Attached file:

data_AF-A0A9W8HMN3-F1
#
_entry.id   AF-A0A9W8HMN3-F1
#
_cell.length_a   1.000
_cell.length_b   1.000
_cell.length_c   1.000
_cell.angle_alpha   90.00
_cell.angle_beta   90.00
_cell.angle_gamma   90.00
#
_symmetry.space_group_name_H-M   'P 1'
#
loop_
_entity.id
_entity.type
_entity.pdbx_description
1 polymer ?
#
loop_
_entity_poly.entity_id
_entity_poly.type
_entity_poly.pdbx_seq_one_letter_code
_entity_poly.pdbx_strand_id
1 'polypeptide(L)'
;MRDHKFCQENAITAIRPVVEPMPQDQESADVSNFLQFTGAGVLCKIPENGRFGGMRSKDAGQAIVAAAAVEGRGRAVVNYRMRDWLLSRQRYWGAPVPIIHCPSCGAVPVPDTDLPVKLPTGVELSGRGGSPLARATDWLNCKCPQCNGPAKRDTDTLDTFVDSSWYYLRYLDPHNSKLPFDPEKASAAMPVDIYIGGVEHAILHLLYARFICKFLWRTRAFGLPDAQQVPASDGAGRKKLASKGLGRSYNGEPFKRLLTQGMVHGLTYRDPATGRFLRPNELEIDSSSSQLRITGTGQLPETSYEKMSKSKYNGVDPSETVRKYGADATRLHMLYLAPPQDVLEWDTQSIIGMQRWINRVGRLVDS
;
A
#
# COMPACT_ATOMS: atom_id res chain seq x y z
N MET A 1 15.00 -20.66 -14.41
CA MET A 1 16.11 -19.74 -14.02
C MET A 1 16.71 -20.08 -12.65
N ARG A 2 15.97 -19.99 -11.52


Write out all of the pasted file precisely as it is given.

data_AF-A0A9W8HMN3-F1
#
_entry.id   AF-A0A9W8HMN3-F1
#
_cell.length_a   1.000
_cell.length_b   1.000
_cell.length_c   1.000
_cell.angle_alpha   90.00
_cell.angle_beta   90.00
_cell.angle_gamma   90.00
#
_symmetry.space_group_name_H-M   'P 1'
#
loop_
_entity.id
_entity.type
_entity.pdbx_description
1 polymer ?
#
loop_
_entity_poly.entity_id
_entity_poly.type
_entity_poly.pdbx_seq_one_letter_code
_entity_poly.pdbx_strand_id
1 'polypeptide(L)'
;MRDHKFCQENAITAIRPVVEPMPQDQESADVSNFLQFTGAGVLCKIPENGRFGGMRSKDAGQAIVAAAAVEGRGRAVVNYRMRDWLLSRQRYWGAPVPIIHCPSCGAVPVPDTDLPVKLPTGVELSGRGGSPLARATDWLNCKCPQCNGPAKRDTDTLDTFVDSSWYYLRYLDPHNSKLPFDPEKASAAMPVDIYIGGVEHAILHLLYARFICKFLWRTRAFGLPDAQQVPASDGAGRKKLASKGLGRSYNGEPFKRLLTQGMVHGLTYRDPATGRFLRPNELEIDSSSSQLRITGTGQLPETSYEKMSKSKYNGVDPSETVRKYGADATRLHMLYLAPPQDVLEWDTQSIIGMQRWINRVGRLVDS
;
A
#
# COMPACT_ATOMS: atom_id res chain seq x y z
N MET A 1 15.00 -20.66 -14.41
CA MET A 1 16.11 -19.74 -14.02
C MET A 1 16.71 -20.08 -12.65
N ARG A 2 15.97 -19.99 -11.52